Hopefully I may add some other recipe(s) as well. The one I already wrote is a very basic one.
@Ross I've just realized that you are from Sofia. We are neighbours! That means you have already tasted sufficient amounts of genuine boza. That should make things easier for you. Lets keep on the subject. Dec 9, 2010 at 2:02
It seems I have never tested this particular kind of "genuine boza". Every country have similar but slightly different set of ingredients and it this makes boza different from country to country and question about the "recepieS" is still valid. I remember some years ago (15) the recipe of boza sold here was different, and tastes different. It was more "proso millet" but now more "wheat". You are right that general public do not know more about exact ingredients and the way it it prepared.– RossDec 9, 2010 at 8:00
I know what is bulgur but seems this ingredient to be typical for Turkey, I never saw to be used here. Thanks for you detailed answer.– RossDec 9, 2010 at 8:01
@Ross By "genuine boza" I mean boza made by producers with reputation. There might be differences from country to country (Bulgaria, Turkey, Greece and so on) and even from producer to producer, but I'm really not sure that the product made from only bulgur will be the widely known boza. So most probably it won't be a "genuine boza". However, today I started an experiment with a bulgur-rice mixture. Its my feeling that the main thing lacks here is proso milet. I'll report the result of my experiment. Dec 9, 2010 at 17:51
@Ross depending on your observation that nowadays boza is more "wheaty" in Bulgaria, I suggest that still the best form of wheat to be used might be bulgur. Bulgur is a wheat product and its physical and chemical charecterictics is more suitable to brew than the plain (raw) wheat, in my opinion. Dec 9, 2010 at 17:56
The best boza in Turkey (Vefa, for example) is made from millet. Traditionally, the millet is boiled till it is very soft and mushy, then it's pressed through a sieve. This gets rid of the hulls. In the US you can buy hulled millet; I'm not sure what Vefa does but it's hard to imagine them sitting around rubbing millet mush through sieves by hand. :)
The other issue is "yeast." In Turkish, the word for yeast (maya) refers to anything that's used as a starter, whether it's for cheese, yogurt, boza, bread, etc. But they are all different things.
If you use store-bought bread yeast, your product will be heavily alcoholic, and that's not what you want. (The Greeks and Armenians of Istanbul did make a more alcoholic version but it wasn't considered halal by Muslims.) This may eventually go acidic because of secondary fermentation, like vinegar production, but I think the best way is to start your boza with already established boza. If you don't have that, you can make your own starter as follows:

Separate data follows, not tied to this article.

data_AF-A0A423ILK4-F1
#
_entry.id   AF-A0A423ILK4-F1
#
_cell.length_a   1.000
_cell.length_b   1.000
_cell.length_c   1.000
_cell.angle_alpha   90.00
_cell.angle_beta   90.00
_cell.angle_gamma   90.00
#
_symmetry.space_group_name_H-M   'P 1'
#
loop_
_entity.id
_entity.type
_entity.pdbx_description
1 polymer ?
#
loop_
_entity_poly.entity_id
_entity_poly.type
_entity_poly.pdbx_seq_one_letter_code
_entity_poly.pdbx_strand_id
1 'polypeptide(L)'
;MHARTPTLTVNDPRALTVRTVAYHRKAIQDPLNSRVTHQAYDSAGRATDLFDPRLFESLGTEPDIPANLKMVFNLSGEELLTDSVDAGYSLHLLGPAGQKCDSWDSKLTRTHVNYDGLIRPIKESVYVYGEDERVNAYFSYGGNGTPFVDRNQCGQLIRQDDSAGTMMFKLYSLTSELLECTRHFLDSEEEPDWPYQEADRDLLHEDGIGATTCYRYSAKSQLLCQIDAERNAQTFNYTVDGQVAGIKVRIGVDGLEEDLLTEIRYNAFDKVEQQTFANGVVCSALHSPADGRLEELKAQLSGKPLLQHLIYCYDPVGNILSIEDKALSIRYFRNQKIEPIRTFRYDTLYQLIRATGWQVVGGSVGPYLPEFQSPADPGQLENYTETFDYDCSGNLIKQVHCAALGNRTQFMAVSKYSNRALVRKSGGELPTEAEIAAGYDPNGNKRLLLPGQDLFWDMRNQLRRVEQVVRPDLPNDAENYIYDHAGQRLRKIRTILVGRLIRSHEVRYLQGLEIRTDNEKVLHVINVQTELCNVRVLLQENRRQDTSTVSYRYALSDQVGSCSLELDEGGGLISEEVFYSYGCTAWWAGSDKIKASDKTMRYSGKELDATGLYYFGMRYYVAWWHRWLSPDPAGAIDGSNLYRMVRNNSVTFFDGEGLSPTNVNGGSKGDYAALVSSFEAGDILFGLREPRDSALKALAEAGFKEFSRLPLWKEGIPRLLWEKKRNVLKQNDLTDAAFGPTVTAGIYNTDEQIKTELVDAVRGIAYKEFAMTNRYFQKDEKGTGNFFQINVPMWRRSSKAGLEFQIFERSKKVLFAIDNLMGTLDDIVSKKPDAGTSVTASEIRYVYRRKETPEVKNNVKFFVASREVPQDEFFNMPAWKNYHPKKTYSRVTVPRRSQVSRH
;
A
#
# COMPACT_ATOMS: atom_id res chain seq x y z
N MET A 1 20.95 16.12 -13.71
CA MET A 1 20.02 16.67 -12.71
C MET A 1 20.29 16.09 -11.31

Soak, then boil a small amount (say 2 tablespoons) of bulgur or millet till very soft, and blend or run through a fine sieve. Add equal parts sugar and water till you get something the consistency (or a little thicker, it doesn't matter) than boza. Cover with a cloth and let it sit out at room temperature for a couple days. In 2 or 3 days it will get sour and bubbly, but if you use this, your boza might not taste quite right. Repeat the process, but this time, after the mixture is cool, add some of your first starter batch. This time the fermentation will go a lot faster, and it should taste like boza - sweet and tart. Now you can make a large batch, and use your starter. Each time, save some of your boza to start the next batch. Once your starter is established, it should only take a day or so to make.
Scientific info for the biology geeks: :) What has happened is, the mixture was "colonized" by wild yeasts, some of which produce lactic acid, others of which do not. But lactic acid kills the other bacteria, and the bacteria that produce it "win" the battle. When you start your second batch, you then have a more active culture of lactic acid producing bacteria, and they ferment the batch before the "wrong" bacteria can take hold.
sour dough bread as a boza starter ?
You could probably use a little bit of sourdough starter to start Boza. It has all the right microorganisms. I haven't tried it, but I would imagine that you could use vinegar "mother" as well.